- Hybrid Electric Vehicles (HEV):- when petrol or diesel engine is used to generate electricity, which is used to powers the electric drive motor. Excess electricity is stored in a battery. Two types of hybrid drive vehicles are available, series and parallel hybrids:
o A series hybrid is an all-electric drive-train which decouples the combustion engine from the drive shaft and allows the elimination of the gearbox.
o A parallel hybrid operates the combustion engine in parallel to the electric motors and uses an automatic gear-box, the vehicle can run on electric, fossil fuel or combination of both.
- Plug-in Hybrid Electric Vehicle (PHEV):- similar to the hybrid, excluding it uses a larger battery store to allow a portion of its energy to come directly from the electricity grid, recurring to petrol or diesel energy when the battery charge is down to a certain level [2].

III. BENEFITS AND DRAWBACKS OF ELECTRIC VEHICLES

Electrical automobiles are propelled by an electrical motor powered by rechargeable battery combinations. Electric powered motors have own several advantages over internal combustion engines:
- Energy efficient - Electric engines convert 75% of the chemical energy by the batteries while internal combustion engines just convert 20% of the energy stored in fuel.
- Eco friendly - Electrical cars emit no pollution; but the power plant generating the electrical energy could produce them. Electrical energy by nuclear, hydro, solar, or wind-powered plants causes no air pollutants.
- Efficiency benefits - Electrical motors provide noiseless, smooth operation and high acceleration and require less maintenance compared to internal combustion systems.
Electrical vehicles face significant battery-related challenges:
- Driving range. Most electrical vehicles may just go about 150 miles after charging while gasoline automobiles can go over 300 miles after fueling.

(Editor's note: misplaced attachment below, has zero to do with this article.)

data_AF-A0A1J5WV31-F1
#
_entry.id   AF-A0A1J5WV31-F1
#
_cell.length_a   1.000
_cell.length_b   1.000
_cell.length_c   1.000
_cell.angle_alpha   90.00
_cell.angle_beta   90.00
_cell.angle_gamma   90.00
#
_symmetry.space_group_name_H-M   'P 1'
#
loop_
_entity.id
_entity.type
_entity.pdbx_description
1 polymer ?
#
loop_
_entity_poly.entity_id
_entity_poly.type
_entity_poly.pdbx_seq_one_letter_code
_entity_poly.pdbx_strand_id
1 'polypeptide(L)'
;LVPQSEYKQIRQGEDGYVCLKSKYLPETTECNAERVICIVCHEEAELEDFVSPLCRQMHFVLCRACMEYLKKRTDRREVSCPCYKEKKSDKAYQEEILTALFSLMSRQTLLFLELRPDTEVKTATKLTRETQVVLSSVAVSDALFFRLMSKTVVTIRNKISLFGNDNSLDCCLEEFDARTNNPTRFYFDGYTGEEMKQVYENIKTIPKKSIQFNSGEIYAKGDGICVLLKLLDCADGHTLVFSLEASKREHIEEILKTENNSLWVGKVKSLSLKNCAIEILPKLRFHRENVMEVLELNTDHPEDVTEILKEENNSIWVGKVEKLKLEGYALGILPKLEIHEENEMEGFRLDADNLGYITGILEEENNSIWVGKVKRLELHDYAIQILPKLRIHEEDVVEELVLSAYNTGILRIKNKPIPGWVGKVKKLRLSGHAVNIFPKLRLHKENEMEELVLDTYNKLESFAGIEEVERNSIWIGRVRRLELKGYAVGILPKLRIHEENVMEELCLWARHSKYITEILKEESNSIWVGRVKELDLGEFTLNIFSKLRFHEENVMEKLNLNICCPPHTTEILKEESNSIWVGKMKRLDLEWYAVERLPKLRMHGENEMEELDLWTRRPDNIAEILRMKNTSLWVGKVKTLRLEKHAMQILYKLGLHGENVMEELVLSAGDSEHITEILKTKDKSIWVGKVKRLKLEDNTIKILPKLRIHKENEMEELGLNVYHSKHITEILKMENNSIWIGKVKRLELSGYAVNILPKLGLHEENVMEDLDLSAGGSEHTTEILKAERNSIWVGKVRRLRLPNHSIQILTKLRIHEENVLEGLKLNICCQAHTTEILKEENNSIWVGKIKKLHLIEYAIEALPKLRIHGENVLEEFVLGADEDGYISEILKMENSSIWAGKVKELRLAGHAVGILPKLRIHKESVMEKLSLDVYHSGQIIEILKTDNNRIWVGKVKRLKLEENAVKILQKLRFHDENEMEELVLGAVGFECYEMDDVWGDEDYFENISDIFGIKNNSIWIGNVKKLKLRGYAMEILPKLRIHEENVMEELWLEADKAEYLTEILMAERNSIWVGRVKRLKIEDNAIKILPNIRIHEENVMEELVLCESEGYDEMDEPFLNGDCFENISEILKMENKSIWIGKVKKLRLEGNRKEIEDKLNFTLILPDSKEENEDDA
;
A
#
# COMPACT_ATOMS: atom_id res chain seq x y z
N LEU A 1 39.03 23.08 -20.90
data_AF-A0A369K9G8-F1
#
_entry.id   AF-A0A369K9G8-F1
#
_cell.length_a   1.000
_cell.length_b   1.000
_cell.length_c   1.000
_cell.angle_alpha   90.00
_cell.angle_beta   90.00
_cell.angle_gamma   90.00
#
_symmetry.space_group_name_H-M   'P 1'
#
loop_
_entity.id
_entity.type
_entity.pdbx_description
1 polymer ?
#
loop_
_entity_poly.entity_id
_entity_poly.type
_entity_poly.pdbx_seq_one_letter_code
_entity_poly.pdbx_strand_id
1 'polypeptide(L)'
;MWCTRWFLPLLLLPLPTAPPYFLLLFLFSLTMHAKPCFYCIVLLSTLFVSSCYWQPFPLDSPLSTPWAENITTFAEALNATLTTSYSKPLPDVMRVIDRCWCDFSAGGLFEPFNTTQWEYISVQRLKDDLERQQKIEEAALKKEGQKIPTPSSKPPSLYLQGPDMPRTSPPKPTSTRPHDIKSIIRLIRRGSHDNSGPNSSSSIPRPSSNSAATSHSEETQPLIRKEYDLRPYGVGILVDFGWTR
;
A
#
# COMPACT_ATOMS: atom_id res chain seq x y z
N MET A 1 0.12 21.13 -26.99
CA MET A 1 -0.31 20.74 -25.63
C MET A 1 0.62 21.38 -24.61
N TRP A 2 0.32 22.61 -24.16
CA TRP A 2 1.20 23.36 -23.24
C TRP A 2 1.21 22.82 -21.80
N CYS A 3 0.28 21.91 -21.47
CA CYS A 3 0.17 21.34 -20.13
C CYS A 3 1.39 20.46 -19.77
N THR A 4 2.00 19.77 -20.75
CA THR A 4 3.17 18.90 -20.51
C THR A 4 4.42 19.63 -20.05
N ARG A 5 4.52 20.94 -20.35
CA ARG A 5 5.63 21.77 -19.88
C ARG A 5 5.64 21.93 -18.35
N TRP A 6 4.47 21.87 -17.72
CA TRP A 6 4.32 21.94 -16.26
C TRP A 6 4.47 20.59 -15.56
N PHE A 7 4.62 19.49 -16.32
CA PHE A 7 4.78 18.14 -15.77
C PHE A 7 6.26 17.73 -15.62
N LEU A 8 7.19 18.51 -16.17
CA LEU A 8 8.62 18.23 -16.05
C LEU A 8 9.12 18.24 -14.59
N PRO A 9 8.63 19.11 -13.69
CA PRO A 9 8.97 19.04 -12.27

- Recharge period. Fully recharging the battery combination can take up to 4 to 8 hours. Even a "quick charge" to 80% capacity may take 30 min.
- Battery cost: The battery combinations usually are expensive and might need to be changed one or more times in a year.
- Bulk and weight: Battery combinations are large and take up significant vehicle space.

IV. ELECTRIC MOTOR

Electric motor converts the energy supplied by the battery into mechanical energy to provide power to the wheels. It is the combination of motor with the controller that controls the characteristics of the propulsion system and the choice of the power devices in the power converter. The main requirements for propulsion motors are roughness, greater torque to inertia ratio, high torque density, wide speed range, low noise, low or no maintenance, ease to control, and low cost.

Various types of electric machine technologies are being used for automotive propulsion. These include induction, switched reluctance, permanent magnet (PM) and axial gap machines. Most of the commercially available electric and hybrid vehicles use either induction or PM motors for propulsion. Automotive manufacturers and suppliers have significantly enhanced the electric machine technologies to be used in electric vehicles. Tesla Roadster induction motor peak power density is more than two times that of the induction motor used in GM EV1. Presently, the interior permanent magnet (IPM) synchronous motor is widely used in automotive propulsion because of its high power density, high efficiency and high torque. Toyota Prius, Ford Escape and Chevy Volt are some of the vehicles that use IPM machine [3].